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Many Theatres and Production companies due to perform shows this December have been dealt a crippling blow. New COVID-19 Tier systems assigned by the Government have left shows facing financial jeopardy and audiences confused about what to do about their seasonal family booking.

Today, new Tier system restrictions were announced for each region throughout the UK. Many productions have now been informed that they cannot re-open as planned. Show planners are calling for audiences to be patient and to await contact from their ticket provider regarding cancelled show dates. This echoes pleas from theatre companies throughout the UK at the start of the pandemic for audiences to re-arrange tickets wherever possible and to resist asking for refunds at a time when theatres need audience support more than ever.

Greater Manchester is just one region that has been placed under strict Tier 3 rules, coming into effect following National Lockdown which ends on 2nd December 2020. The Lowry, one of Greater Manchester’s most visited performance venues, is one venue which will be highly affected by the sad news. Following the announcements, The Lowry has placed a notice on its website stating that their building will remain closed until at least Thursday 17 December.

Earlier this month, hit show ‘Six; The Musical‘ announced that they would be re-opening shows from 4th December at The Lowry, and 5th December at the Lyric Theatre in London’s West End. Along with this, West End socially distanced performances were extended until 18th April 2021. As a result of the latest extension of restrictions, tickets for their Lowry performances up until 17th December are no longer available for booking and ticket holders are being advised to await contact from their ticket provider.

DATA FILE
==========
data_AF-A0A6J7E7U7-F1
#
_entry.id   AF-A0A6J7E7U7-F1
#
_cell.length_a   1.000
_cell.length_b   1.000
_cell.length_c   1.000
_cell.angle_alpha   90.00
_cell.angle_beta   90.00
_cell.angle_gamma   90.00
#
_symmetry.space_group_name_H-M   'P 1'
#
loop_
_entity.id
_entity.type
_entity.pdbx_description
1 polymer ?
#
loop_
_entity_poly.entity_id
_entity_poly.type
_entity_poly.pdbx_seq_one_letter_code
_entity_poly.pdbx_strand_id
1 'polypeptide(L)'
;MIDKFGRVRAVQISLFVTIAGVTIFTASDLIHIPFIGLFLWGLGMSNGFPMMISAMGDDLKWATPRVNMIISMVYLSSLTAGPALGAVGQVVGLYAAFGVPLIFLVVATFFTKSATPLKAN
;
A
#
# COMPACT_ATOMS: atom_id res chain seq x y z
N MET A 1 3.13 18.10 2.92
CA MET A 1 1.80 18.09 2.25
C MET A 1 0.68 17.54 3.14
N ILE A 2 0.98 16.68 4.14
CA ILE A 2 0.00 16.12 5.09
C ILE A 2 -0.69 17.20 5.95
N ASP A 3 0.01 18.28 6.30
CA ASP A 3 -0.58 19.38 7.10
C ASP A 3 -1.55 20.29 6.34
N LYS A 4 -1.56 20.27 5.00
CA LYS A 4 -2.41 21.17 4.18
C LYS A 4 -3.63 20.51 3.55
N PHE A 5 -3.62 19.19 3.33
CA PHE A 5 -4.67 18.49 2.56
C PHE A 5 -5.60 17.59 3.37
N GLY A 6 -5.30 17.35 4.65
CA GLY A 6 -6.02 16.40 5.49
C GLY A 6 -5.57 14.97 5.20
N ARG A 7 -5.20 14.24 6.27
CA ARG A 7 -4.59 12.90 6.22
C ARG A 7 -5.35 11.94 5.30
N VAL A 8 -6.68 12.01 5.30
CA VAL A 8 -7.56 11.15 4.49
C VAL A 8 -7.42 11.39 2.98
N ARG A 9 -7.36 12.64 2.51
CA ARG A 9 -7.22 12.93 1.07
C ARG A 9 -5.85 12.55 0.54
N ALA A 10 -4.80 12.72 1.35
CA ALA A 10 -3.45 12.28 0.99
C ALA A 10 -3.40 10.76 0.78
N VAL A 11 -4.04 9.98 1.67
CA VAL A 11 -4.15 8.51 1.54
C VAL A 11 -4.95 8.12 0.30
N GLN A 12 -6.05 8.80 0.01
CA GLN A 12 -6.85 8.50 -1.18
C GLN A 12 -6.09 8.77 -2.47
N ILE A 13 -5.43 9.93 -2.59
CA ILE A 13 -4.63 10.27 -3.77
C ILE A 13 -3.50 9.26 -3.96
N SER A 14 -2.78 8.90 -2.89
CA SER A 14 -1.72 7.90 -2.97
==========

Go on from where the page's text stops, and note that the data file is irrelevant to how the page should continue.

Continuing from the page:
In 2019, West End Musicals rake in nearly £800m revenue.

Productions, such as Six, Everybody’s Talking About Jamie and The Play That Goes Wrong, based in London’s West End, which brought in a record-breaking almost £800m in revenue last year, will go ahead as planned. This news comes after it was announced that London is to remain under lesser Tier 2 restrictions, despite the region’s much-debated “R-rate” being considerably higher than that in Greater Manchester.

Many theatres have remained closed since the start of the coronavirus pandemic in March, despite the government insisting that they are allowed to open at various points since. The problem for many companies lies in the fact that productions can rely on ticket sales of 70% minimum in order to meet overheads alone, before profit. Making theatres covid-secure often means reducing audience sizes to as low as just 30%, which means re-starting shows is just not an option for many commercial venues and production companies.

Productions in Tier 3 areas are currently living in hope that local infection rates will drop further, allowing Andy Burnham’s call for the region to be placed under Tier 2 restrictions in 2 weeks to be answered and venues to re-open safely.

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